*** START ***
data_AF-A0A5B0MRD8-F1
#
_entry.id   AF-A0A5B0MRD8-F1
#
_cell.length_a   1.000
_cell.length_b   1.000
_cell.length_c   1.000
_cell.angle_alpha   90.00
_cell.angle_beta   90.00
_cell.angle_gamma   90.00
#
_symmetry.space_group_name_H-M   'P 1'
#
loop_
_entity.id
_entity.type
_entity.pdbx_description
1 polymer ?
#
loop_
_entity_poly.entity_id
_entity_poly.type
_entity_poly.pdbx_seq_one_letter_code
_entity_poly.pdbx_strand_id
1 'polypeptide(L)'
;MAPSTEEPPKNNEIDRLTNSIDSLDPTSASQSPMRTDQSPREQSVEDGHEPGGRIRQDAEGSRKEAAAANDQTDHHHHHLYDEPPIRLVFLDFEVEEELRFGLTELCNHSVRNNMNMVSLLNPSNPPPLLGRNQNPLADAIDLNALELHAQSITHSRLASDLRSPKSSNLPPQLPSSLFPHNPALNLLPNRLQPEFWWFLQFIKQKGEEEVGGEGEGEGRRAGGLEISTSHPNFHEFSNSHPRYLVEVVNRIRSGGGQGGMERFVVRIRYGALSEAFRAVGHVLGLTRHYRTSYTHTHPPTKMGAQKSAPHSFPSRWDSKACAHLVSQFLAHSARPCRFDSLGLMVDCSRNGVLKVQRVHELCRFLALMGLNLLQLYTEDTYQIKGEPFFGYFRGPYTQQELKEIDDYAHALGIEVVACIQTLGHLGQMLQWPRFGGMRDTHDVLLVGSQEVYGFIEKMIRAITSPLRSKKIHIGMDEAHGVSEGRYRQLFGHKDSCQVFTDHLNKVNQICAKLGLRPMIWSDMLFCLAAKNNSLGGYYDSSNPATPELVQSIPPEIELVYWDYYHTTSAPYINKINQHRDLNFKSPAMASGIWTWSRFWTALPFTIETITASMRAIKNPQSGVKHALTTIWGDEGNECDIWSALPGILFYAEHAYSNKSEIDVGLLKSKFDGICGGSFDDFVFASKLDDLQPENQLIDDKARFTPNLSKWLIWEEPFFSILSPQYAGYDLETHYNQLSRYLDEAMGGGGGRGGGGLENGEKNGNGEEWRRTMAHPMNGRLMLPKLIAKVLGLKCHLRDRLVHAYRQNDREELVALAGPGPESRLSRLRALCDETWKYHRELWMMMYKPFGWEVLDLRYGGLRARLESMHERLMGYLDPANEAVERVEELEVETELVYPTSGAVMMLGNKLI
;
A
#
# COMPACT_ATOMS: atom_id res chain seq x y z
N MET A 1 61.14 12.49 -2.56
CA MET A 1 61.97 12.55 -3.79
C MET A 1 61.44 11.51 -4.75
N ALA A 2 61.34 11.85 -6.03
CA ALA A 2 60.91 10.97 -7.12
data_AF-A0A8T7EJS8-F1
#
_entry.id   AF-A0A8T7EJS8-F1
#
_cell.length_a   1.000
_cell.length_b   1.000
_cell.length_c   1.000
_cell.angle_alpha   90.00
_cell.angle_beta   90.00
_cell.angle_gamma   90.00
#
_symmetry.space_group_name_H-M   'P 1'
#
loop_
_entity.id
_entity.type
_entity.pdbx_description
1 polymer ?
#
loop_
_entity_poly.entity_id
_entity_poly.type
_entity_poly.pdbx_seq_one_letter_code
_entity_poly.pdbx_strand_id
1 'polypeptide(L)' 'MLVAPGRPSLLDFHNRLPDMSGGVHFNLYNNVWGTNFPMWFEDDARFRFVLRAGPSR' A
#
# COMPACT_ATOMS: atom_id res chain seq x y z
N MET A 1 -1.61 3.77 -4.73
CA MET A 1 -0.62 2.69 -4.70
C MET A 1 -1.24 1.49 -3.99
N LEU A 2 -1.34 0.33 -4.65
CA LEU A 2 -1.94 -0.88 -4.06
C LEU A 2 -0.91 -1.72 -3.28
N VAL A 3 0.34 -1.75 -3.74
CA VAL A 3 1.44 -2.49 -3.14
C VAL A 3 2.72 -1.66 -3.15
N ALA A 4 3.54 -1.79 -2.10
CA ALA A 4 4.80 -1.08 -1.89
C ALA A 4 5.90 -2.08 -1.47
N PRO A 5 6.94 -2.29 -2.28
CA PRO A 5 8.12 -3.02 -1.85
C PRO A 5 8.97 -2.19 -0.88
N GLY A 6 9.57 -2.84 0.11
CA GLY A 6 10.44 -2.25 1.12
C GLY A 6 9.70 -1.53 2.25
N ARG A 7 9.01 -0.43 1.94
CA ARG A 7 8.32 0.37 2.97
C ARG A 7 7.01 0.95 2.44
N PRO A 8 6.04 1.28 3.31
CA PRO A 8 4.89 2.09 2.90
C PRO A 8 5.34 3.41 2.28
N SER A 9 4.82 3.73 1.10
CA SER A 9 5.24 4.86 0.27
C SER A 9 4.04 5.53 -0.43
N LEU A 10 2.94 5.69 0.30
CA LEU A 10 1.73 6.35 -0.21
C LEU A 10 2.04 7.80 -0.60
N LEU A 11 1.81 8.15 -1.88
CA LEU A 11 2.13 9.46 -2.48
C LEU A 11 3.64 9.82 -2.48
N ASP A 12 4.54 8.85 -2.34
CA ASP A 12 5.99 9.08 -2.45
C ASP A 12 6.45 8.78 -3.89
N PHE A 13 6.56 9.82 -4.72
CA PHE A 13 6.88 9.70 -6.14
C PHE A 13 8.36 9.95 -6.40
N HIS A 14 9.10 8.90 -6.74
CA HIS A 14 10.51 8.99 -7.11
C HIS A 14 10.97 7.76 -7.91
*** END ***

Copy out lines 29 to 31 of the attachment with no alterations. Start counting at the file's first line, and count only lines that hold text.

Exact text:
#
# COMPACT_ATOMS: atom_id res chain seq x y z
N MET A 1 61.14 12.49 -2.56